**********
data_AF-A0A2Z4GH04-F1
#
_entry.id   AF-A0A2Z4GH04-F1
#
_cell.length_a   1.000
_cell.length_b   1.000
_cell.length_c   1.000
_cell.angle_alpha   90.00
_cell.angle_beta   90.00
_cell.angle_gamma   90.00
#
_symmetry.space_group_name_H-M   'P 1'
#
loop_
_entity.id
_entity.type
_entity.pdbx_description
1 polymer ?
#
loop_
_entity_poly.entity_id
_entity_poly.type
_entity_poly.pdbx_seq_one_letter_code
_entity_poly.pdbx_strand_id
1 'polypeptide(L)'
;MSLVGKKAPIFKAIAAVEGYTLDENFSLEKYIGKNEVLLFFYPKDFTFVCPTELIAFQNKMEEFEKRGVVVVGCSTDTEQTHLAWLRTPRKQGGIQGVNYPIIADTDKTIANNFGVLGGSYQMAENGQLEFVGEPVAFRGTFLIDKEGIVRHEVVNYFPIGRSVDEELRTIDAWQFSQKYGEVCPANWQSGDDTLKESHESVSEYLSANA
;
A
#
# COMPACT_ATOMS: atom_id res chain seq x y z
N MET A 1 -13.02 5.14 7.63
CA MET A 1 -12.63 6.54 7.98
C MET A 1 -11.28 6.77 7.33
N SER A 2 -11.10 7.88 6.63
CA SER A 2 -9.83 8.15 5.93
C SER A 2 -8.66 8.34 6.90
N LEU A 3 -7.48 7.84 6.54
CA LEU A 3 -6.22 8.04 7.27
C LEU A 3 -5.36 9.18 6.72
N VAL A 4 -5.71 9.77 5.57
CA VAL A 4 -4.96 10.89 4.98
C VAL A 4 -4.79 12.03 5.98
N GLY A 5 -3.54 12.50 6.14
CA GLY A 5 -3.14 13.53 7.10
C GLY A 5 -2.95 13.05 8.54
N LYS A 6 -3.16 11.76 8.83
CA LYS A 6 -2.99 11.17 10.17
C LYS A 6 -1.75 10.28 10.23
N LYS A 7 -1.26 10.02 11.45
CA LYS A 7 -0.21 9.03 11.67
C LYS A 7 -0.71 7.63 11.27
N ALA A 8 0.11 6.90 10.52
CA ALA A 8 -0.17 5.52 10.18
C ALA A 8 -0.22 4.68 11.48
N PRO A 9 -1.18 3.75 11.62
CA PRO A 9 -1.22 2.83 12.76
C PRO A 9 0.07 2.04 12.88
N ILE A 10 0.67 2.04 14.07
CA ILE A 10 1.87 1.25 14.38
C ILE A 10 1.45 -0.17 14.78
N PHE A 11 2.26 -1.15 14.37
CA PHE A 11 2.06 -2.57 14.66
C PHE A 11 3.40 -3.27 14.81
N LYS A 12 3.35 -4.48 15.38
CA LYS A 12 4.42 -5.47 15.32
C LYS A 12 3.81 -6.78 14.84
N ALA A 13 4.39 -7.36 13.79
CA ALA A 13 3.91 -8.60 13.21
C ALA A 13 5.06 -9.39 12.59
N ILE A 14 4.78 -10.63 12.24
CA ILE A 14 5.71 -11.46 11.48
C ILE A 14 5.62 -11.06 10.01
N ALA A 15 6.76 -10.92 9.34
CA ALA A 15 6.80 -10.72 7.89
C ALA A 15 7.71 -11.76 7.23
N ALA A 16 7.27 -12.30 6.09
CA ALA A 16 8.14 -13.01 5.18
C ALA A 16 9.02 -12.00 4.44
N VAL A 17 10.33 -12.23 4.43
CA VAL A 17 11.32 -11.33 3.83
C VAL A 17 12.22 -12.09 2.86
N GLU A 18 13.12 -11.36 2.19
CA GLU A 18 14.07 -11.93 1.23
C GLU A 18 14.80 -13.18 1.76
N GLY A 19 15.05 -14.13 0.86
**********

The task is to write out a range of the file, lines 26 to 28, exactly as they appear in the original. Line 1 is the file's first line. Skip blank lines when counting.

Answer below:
;MSLVGKKAPIFKAIAAVEGYTLDENFSLEKYIGKNEVLLFFYPKDFTFVCPTELIAFQNKMEEFEKRGVVVVGCSTDTEQTHLAWLRTPRKQGGIQGVNYPIIADTDKTIANNFGVLGGSYQMAENGQLEFVGEPVAFRGTFLIDKEGIVRHEVVNYFPIGRSVDEELRTIDAWQFSQKYGEVCPANWQSGDDTLKESHESVSEYLSANA
;
A